As time passed, and computer sales steadily increased, more and more commercial software became available. In the beginning, the first titles to appear were conversions from popular APPLE, VIC, ATARI and PET programs. Anything that had done well on other computers. The more software that becames available, the more people bought the computer, and the more Commodore 64 owners there were, the more software was written.

Just as the market was settling down a bit, and other computer companies had lowered their price, and raised their standard models all to 64K, Commodore shocked them all again, by slashing the price on the computer and distributing it through MASS MERCHANDISING outlets like Eatons and Simpsons. Soon followed Zellers, Towers, K-Mart and even Canadian Tire. The computer became available everywhere. Suddenly the market changed.

No longer was this computer a product to be purchased only in computer stores. it could be picked up at a discount store just like a washing machine or stereo. This image of a computer as a regular piece of furniture certainly helped to increase Commodore’s sales. The figures make both the Commodore VIC 20 and the Commodore 64 the biggest selling computers of all time. The computer is cheap and redily available. Custommers who don’t want to shop around can walk in and take one home.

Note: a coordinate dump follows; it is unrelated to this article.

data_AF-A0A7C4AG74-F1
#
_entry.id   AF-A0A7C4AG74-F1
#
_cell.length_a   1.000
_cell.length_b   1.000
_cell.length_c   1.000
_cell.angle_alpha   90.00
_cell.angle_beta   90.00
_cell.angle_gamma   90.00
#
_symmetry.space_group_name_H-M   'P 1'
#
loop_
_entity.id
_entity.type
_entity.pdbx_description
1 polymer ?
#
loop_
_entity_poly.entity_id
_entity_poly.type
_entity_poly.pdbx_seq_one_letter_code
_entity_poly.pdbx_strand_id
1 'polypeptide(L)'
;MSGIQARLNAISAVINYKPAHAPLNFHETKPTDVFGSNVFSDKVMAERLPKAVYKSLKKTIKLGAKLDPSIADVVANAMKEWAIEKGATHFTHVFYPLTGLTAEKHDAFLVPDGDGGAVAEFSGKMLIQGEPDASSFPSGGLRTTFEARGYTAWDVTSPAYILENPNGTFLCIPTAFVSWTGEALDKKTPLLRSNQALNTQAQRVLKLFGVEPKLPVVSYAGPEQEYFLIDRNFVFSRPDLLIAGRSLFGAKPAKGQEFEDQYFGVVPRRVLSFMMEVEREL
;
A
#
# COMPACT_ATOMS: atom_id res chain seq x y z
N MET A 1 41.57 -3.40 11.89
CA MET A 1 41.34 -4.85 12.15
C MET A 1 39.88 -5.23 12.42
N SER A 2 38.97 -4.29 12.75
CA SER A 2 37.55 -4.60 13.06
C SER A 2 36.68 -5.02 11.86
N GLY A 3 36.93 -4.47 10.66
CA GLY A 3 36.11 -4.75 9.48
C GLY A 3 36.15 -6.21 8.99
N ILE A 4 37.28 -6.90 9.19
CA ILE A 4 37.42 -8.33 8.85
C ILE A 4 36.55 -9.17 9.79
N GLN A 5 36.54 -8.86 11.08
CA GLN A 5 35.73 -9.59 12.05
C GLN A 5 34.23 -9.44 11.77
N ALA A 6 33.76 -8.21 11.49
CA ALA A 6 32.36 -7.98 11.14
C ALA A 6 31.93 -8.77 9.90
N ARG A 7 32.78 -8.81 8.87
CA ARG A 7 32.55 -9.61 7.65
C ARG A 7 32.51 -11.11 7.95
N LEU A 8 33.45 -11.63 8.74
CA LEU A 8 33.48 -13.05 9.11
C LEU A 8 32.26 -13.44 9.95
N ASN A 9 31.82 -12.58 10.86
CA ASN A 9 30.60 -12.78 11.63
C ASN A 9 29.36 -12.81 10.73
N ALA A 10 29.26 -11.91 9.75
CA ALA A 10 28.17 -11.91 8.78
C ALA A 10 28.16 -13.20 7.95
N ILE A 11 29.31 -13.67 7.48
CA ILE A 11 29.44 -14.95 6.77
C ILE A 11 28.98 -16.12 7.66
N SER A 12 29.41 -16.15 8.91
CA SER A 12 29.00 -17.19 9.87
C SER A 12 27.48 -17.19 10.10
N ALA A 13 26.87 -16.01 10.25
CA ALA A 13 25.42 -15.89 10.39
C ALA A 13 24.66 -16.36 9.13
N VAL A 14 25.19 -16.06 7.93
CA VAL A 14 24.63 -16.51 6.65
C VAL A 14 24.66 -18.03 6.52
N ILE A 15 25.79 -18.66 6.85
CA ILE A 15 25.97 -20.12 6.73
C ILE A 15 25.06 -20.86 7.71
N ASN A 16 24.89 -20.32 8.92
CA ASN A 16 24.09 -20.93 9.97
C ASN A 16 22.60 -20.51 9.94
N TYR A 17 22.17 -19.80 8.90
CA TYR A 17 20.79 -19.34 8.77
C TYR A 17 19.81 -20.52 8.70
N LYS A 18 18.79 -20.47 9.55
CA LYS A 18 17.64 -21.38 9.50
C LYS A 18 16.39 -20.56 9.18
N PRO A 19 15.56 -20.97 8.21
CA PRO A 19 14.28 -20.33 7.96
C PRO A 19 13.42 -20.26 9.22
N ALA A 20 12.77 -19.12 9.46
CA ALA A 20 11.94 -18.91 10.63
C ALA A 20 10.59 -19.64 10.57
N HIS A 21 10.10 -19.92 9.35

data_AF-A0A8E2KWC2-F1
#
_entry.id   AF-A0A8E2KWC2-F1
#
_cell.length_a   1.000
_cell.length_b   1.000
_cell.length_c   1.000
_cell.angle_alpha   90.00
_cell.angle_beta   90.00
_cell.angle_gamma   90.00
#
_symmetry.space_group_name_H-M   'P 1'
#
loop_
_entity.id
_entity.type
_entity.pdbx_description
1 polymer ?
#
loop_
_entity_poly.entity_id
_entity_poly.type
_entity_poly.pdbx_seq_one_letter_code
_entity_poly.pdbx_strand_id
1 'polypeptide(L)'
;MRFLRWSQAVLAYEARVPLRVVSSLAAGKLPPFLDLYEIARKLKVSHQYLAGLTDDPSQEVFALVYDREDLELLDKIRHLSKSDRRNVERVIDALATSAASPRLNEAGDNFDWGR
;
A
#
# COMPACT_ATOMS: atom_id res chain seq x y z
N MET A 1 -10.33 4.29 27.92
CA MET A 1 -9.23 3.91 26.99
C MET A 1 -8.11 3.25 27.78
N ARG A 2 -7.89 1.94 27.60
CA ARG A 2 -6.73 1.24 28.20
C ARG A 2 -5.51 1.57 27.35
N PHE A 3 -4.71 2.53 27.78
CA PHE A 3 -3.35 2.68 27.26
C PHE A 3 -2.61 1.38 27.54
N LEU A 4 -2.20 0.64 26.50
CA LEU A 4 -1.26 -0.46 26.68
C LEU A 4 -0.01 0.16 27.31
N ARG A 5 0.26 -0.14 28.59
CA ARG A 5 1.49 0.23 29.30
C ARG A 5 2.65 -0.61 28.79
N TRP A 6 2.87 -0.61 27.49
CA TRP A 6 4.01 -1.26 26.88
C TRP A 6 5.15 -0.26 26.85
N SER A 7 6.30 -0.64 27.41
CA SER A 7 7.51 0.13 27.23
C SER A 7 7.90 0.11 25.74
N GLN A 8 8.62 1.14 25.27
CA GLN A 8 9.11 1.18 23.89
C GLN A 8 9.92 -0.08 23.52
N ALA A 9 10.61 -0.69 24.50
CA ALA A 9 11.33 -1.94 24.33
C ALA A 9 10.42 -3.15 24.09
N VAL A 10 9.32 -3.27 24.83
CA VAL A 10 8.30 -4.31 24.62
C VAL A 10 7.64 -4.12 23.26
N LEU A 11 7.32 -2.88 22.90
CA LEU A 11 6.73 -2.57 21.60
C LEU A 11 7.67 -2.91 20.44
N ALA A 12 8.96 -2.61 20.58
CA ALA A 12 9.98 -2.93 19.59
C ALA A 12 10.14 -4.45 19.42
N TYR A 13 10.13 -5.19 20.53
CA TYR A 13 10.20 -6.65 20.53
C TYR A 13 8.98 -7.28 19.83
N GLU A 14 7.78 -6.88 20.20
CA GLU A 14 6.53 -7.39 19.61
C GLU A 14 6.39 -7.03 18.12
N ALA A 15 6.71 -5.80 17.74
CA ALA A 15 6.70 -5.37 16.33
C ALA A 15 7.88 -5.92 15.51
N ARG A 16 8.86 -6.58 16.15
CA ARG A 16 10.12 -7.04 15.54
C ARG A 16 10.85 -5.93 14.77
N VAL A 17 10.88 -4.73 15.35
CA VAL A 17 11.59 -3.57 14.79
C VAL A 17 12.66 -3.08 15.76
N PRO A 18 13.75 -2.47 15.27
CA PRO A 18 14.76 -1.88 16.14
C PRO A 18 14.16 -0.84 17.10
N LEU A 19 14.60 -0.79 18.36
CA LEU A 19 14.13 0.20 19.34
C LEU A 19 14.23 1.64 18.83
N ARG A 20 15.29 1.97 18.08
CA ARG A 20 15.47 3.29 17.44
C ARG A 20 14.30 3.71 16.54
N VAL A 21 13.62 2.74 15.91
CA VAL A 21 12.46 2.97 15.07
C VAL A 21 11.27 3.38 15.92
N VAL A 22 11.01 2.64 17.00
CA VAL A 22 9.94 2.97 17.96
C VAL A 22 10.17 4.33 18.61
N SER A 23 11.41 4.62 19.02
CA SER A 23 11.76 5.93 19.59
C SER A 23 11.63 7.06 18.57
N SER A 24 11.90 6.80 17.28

In moving to the MASS MARKET Commodore have seperated themselves from the rest of the competition in the serious computer marketplace. Although the computer is the same it’s image is new. It’s no longer SPECIAL. Many more serious programers don’t even look at a 64 when they are looking for a computer to buy. Although the 64 can almost definatly do anything they require a computer for, they rule the Commodore 64 out claiming; “IT’S A GAME MACHINE”. Ironically, most apple owners will do their best to prove that their computer is as good at games as anything else. The companies know that a strong game or non-game stereotype misses out on the other half of the market.